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Iconic Armenian-French Crooner Charles Aznavour Dies At 94


Charles Aznavour looks on at a press conference for his upcoming concert in Moscow in October 2014.
Charles Aznavour looks on at a press conference for his upcoming concert in Moscow in October 2014.

Charles Aznavour, the French son of Armenian immigrants and a performer whose worldwide fame rivaled that of stars such as Elvis Presley and Bob Dylan, has died at the age of 94.

Aznavour, who sold more than 100 million records in 80 countries and was sometimes called the "French Frank Sinatra," died overnight at one of his homes, in the southeast of France, a spokeswoman said on October 1.

Born Shahnour Varinag Aznavourian in Paris in 1924, Aznavour began his career peddling his music to French artists of the 1940s and 1950s such as Edith Piaf, Maurice Chevalier, and Charles Trenet.

He came to prominence after Piaf took him with her on tour in France and to the United States after World War II.

Aznavour won fans around the world with his versatile tenor, lush lyrics, and kinetic stage presence.

News of the singer's death generated an outpouring of grief and gratitude.

President Emmanuel Macron described Aznavour as "profoundly French, attached viscerally to his Armenian roots, and celebrated around the world."

"The French people will join the Armenian people in mourning," Macron tweeted.

"This is truly a painful day for the history of our people and our country," Armenian Prime Minister Nikol Pashinian said, according to state news agency Armenpress.

Pashinian described Aznavour as "a man who created not only national, but universal values, which for many years will accompany mankind toward love and solidarity, and will guide people for the righteous."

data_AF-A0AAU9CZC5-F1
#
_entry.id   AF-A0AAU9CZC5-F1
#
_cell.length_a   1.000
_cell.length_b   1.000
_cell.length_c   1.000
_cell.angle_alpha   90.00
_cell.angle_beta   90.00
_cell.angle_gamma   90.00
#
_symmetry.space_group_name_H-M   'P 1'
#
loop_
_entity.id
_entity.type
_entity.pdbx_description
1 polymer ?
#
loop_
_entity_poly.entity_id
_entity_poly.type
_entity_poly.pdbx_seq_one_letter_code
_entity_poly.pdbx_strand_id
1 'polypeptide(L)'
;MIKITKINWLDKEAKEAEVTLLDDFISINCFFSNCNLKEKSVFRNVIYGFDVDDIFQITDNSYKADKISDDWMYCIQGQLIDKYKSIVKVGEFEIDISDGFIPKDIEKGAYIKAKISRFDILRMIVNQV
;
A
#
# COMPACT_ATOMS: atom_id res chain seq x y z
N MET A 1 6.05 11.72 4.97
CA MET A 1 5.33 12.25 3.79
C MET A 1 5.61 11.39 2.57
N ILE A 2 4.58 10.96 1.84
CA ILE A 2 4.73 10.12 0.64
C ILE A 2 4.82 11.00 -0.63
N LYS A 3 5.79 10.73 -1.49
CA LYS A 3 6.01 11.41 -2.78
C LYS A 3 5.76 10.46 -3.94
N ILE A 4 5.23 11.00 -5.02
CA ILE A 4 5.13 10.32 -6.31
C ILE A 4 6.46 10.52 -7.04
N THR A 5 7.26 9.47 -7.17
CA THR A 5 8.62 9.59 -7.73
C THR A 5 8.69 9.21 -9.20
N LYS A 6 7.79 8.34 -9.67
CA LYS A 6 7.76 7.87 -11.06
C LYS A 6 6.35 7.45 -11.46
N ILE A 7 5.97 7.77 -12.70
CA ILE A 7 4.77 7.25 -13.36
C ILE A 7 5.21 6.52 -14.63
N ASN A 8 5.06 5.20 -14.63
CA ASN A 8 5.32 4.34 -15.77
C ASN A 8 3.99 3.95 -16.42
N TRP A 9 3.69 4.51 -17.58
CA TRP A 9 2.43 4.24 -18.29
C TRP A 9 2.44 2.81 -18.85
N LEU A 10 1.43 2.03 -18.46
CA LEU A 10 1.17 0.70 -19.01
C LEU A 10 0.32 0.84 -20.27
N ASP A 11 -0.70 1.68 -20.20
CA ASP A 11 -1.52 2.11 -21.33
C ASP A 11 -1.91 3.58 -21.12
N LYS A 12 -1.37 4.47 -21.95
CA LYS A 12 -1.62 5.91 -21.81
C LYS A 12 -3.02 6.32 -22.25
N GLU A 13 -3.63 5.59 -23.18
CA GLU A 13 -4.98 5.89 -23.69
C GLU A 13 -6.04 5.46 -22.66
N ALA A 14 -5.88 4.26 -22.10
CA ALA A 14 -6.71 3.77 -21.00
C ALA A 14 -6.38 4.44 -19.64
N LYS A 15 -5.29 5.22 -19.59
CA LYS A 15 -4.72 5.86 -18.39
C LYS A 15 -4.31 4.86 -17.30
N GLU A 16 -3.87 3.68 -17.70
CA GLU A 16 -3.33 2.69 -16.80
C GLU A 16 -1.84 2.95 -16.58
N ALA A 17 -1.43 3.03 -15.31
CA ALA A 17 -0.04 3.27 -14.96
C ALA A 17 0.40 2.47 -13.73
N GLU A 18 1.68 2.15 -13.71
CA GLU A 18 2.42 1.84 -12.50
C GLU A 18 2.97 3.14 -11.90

"Goodbye Mr. Aznavour, your songs will remain eternal. I feel like I've lost my grandfather," a Twitter user with the handle Patrice.B remarked in French.

Aznavour -- whose career spanned eight decades and who had planned to go back on tour later in October -- said last week that he dreamed of breathing his last breath on stage.

"All I can do is live, and I live on stage. I am happy up there, and you can see that," he said.

Aznavour had had his first No. 1 hit in 1956 with Sur Ma Vie (In My Life), which was followed by one of his biggest hits, Je M'voyais Deja (It Will Be My Day).

His role in Francois Truffaut's 1960 film Shoot The Piano Player brought him international fame.

Aznavour grew up on Paris's Left Bank, born to a mother who was an actress and a father who was a singer and also worked as a cook and restaurant manager.

His father immigrated from Georgia and his mother from the Ottoman Empire, where up to 1.5 million Armenians were killed in World War I-era massacres that Armenians and others say was genocide.

After the devastating 1988 earthquake that killed at least 25,000 people in what was then Soviet Armenia, Aznavour founded the charitable organization Aznavour for Armenia along with his longtime friend, impresario Levon Sayan.

In 2009, the Armenian government appointed him ambassador to Switzerland and its delegate to the United Nations agencies in Geneva.

In August 2017, Aznavour was awarded the 2,618th star on the Hollywood Walk of Fame.

With reporting by Reuters, Le Point, AFP, and AP
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